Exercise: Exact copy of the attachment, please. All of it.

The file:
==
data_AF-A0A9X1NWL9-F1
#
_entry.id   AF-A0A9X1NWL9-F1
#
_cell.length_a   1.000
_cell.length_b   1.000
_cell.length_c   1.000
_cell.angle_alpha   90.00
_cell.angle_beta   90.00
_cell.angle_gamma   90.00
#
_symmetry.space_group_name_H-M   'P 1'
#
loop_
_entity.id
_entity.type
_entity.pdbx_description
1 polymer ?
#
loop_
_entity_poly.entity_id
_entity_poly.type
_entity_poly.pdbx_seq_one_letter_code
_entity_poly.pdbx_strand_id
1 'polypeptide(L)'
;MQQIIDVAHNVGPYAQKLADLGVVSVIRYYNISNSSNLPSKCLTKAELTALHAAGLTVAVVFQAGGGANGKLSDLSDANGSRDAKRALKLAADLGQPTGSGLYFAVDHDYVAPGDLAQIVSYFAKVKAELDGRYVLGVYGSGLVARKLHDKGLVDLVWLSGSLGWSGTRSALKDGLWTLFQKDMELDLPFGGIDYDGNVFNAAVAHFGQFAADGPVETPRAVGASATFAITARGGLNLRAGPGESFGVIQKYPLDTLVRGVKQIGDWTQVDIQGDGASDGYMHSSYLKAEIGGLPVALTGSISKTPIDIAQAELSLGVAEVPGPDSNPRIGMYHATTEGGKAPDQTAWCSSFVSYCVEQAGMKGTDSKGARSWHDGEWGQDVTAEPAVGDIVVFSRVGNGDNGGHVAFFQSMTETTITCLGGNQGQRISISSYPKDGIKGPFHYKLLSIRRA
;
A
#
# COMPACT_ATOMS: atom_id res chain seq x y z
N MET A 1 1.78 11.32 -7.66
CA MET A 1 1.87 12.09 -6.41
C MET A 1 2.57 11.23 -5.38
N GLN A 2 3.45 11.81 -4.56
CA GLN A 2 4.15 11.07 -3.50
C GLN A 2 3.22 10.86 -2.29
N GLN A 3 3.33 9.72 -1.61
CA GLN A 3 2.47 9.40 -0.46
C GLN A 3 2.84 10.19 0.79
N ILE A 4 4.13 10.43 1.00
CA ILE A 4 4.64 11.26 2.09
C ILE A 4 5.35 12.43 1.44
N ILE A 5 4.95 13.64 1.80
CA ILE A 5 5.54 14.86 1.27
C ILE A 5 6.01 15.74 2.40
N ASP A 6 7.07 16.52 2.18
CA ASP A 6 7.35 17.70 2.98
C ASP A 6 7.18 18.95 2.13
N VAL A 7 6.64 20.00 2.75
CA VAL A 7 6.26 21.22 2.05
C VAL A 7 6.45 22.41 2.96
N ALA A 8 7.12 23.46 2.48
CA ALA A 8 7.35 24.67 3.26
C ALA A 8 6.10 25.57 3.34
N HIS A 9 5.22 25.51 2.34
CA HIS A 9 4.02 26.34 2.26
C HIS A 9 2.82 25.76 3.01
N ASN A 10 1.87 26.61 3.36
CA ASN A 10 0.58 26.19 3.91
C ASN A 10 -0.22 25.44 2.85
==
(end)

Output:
data_AF-A0A9X1NWL9-F1
#
_entry.id   AF-A0A9X1NWL9-F1
#
_cell.length_a   1.000
_cell.length_b   1.000
_cell.length_c   1.000
_cell.angle_alpha   90.00
_cell.angle_beta   90.00
_cell.angle_gamma   90.00
#
_symmetry.space_group_name_H-M   'P 1'
#
loop_
_entity.id
_entity.type
_entity.pdbx_description
1 polymer ?
#
loop_
_entity_poly.entity_id
_entity_poly.type
_entity_poly.pdbx_seq_one_letter_code
_entity_poly.pdbx_strand_id
1 'polypeptide(L)'
;MQQIIDVAHNVGPYAQKLADLGVVSVIRYYNISNSSNLPSKCLTKAELTALHAAGLTVAVVFQAGGGANGKLSDLSDANGSRDAKRALKLAADLGQPTGSGLYFAVDHDYVAPGDLAQIVSYFAKVKAELDGRYVLGVYGSGLVARKLHDKGLVDLVWLSGSLGWSGTRSALKDGLWTLFQKDMELDLPFGGIDYDGNVFNAAVAHFGQFAADGPVETPRAVGASATFAITARGGLNLRAGPGESFGVIQKYPLDTLVRGVKQIGDWTQVDIQGDGASDGYMHSSYLKAEIGGLPVALTGSISKTPIDIAQAELSLGVAEVPGPDSNPRIGMYHATTEGGKAPDQTAWCSSFVSYCVEQAGMKGTDSKGARSWHDGEWGQDVTAEPAVGDIVVFSRVGNGDNGGHVAFFQSMTETTITCLGGNQGQRISISSYPKDGIKGPFHYKLLSIRRA
;
A
#
# COMPACT_ATOMS: atom_id res chain seq x y z
N MET A 1 1.78 11.32 -7.66
CA MET A 1 1.87 12.09 -6.41
C MET A 1 2.57 11.23 -5.38
N GLN A 2 3.45 11.81 -4.56
CA GLN A 2 4.15 11.07 -3.50
C GLN A 2 3.22 10.86 -2.29
N GLN A 3 3.33 9.72 -1.61
CA GLN A 3 2.47 9.40 -0.46
C GLN A 3 2.84 10.19 0.79
N ILE A 4 4.13 10.43 1.00
CA ILE A 4 4.64 11.26 2.09
C ILE A 4 5.35 12.43 1.44
N ILE A 5 4.95 13.64 1.80
CA ILE A 5 5.54 14.86 1.27
C ILE A 5 6.01 15.74 2.40
N ASP A 6 7.07 16.52 2.18
CA ASP A 6 7.35 17.70 2.98
C ASP A 6 7.18 18.95 2.13
N VAL A 7 6.64 20.00 2.75
CA VAL A 7 6.26 21.22 2.05
C VAL A 7 6.45 22.41 2.96
N ALA A 8 7.12 23.46 2.48
CA ALA A 8 7.35 24.67 3.26
C ALA A 8 6.10 25.57 3.34
N HIS A 9 5.22 25.51 2.34
CA HIS A 9 4.02 26.34 2.26
C HIS A 9 2.82 25.76 3.01
N ASN A 10 1.87 26.61 3.36
CA ASN A 10 0.58 26.19 3.91
C ASN A 10 -0.22 25.44 2.85